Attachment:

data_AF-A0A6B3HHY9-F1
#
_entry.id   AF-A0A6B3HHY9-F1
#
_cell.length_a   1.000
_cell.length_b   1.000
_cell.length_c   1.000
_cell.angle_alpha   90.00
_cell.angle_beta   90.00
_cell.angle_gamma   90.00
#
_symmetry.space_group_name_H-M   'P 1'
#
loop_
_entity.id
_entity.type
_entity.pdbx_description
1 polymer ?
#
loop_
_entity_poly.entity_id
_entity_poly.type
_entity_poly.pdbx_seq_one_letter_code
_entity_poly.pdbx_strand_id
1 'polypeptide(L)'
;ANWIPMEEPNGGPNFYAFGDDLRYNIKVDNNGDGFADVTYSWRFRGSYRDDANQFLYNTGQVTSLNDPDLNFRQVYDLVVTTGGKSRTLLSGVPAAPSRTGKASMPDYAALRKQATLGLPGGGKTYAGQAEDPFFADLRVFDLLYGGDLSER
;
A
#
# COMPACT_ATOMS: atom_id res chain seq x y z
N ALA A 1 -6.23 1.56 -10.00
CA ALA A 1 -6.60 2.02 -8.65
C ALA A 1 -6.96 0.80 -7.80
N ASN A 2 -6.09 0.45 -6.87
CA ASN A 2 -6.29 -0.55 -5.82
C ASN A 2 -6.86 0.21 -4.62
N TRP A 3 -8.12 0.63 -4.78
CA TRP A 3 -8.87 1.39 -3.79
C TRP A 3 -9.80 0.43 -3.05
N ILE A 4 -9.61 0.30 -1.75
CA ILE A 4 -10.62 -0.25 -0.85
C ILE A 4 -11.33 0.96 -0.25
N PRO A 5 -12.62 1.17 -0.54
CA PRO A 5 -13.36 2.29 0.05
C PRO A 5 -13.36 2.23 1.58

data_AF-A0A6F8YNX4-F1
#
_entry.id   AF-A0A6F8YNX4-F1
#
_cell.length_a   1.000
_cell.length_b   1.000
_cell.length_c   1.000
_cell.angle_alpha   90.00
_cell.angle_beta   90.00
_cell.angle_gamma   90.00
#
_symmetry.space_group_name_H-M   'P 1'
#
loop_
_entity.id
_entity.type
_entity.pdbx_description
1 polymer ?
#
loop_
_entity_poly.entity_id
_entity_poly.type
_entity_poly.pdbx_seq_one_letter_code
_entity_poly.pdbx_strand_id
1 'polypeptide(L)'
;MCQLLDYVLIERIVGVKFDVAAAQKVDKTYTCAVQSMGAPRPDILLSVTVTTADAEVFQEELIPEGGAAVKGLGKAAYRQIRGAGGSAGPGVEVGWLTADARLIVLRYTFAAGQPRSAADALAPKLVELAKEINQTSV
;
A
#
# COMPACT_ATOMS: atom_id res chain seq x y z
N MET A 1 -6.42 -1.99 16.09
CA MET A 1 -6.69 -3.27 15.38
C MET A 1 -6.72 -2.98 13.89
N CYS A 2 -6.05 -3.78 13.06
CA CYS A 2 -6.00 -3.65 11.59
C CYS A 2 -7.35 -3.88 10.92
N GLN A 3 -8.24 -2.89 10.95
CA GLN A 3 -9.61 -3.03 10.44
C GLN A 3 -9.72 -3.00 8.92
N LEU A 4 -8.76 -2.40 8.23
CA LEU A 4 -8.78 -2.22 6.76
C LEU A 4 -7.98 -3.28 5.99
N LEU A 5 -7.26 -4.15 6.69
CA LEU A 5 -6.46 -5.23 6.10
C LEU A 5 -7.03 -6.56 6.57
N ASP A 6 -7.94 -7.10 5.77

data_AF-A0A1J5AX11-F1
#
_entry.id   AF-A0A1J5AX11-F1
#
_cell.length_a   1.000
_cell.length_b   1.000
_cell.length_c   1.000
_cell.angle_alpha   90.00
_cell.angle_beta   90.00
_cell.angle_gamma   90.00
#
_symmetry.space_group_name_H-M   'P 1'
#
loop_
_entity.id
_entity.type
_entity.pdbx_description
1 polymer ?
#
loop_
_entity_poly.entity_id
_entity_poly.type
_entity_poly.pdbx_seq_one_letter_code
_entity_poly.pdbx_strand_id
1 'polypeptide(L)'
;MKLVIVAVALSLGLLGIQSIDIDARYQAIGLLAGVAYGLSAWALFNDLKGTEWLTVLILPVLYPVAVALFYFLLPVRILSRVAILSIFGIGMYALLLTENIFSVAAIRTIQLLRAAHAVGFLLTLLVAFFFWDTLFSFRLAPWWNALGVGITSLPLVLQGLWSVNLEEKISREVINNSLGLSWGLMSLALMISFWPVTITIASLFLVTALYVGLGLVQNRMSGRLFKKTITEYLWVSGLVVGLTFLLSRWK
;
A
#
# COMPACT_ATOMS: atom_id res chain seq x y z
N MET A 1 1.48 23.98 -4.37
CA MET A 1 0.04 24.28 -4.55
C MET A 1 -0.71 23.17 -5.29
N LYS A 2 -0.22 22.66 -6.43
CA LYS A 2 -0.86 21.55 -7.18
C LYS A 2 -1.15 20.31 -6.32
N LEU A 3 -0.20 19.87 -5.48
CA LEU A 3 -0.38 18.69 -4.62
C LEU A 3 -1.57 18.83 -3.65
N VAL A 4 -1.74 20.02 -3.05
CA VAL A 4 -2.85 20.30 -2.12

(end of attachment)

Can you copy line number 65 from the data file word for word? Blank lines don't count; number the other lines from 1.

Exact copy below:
loop_